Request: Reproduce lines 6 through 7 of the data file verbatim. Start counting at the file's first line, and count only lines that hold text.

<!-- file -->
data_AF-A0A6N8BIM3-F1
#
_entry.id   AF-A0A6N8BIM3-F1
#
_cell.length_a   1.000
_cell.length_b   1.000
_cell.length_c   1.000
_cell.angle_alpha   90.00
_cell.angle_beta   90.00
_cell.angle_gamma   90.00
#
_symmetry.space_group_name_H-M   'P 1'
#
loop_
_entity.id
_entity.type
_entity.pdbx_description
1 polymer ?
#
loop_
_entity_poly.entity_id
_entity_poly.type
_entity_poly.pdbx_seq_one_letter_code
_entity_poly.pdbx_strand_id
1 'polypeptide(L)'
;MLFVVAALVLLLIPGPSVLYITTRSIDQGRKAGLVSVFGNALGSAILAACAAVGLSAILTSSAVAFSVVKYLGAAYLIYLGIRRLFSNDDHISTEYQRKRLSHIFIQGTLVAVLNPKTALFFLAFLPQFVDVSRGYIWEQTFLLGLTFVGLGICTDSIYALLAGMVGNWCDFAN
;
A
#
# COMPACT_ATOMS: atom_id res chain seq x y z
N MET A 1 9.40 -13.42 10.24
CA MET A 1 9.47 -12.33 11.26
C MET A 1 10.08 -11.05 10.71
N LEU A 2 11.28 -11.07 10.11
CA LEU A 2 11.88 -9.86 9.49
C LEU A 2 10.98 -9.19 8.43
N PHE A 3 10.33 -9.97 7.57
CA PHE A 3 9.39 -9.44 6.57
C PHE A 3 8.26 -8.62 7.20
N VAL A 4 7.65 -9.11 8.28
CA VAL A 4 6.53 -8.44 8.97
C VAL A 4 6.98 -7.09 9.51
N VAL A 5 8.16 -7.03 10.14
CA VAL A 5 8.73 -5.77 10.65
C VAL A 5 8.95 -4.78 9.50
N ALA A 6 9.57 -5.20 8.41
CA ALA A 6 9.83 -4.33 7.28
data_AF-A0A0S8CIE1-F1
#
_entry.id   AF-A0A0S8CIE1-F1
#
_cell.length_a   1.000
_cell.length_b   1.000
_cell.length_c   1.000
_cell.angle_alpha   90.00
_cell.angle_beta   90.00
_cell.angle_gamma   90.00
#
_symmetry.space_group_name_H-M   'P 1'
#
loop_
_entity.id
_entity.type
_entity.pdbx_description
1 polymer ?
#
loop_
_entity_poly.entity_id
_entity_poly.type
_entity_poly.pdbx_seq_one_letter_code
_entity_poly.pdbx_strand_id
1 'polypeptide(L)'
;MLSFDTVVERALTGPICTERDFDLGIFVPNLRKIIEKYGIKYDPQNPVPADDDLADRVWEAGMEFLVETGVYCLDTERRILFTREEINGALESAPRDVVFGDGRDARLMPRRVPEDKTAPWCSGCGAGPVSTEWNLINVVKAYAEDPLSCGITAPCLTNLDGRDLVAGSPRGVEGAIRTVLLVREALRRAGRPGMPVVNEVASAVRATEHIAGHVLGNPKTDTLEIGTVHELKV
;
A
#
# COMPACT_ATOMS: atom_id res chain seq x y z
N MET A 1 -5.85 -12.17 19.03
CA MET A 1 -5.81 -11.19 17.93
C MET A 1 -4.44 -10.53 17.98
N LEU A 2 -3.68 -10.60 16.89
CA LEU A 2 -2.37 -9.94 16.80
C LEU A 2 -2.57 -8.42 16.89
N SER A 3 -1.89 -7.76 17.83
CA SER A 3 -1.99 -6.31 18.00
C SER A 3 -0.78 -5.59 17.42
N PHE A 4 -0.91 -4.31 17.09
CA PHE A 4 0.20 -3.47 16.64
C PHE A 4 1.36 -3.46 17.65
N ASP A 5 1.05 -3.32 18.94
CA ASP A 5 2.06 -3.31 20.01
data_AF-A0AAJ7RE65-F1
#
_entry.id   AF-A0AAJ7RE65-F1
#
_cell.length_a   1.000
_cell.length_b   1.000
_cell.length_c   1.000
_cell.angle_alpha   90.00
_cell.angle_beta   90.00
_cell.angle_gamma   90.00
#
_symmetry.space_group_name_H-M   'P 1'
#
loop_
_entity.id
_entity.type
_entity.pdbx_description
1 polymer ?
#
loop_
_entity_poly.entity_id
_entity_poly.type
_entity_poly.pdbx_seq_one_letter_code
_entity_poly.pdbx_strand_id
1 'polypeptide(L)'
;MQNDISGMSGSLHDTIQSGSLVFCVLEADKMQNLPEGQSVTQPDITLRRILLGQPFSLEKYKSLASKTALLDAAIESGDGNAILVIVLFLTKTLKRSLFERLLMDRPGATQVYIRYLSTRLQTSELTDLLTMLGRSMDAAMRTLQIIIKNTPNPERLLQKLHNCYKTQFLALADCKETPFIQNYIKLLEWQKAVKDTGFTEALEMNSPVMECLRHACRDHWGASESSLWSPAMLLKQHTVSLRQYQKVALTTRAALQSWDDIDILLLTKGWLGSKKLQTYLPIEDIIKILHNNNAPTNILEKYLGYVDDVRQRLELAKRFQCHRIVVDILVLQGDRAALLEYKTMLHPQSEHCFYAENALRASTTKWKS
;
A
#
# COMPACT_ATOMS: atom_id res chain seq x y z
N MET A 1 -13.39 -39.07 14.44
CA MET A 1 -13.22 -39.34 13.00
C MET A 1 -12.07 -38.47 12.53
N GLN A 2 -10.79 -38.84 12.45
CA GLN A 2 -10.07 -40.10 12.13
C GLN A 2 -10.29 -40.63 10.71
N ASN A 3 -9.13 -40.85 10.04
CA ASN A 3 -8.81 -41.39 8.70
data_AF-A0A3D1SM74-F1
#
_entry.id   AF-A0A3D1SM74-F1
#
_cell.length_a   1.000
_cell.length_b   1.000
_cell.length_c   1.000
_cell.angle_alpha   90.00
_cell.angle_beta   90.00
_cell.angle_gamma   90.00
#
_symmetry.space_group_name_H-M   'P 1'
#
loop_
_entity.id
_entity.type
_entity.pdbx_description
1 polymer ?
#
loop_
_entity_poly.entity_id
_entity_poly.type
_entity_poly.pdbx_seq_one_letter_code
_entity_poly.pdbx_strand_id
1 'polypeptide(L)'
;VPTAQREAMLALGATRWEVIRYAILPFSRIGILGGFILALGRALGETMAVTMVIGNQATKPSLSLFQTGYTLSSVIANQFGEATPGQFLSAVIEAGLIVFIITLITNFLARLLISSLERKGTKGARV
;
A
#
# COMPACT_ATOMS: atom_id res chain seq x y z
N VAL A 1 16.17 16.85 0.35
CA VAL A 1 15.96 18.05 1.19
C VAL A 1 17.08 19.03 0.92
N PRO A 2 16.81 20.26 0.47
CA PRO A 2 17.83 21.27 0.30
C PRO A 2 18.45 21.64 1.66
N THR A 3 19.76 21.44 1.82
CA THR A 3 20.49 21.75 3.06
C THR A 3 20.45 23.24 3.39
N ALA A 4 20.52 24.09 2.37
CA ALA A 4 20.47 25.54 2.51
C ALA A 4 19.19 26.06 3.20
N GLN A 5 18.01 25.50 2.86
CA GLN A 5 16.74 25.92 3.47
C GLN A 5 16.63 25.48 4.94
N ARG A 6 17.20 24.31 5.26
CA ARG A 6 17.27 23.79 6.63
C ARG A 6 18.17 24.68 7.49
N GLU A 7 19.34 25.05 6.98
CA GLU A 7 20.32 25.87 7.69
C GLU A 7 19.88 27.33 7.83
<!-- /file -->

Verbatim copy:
_cell.length_b   1.000
_cell.length_c   1.000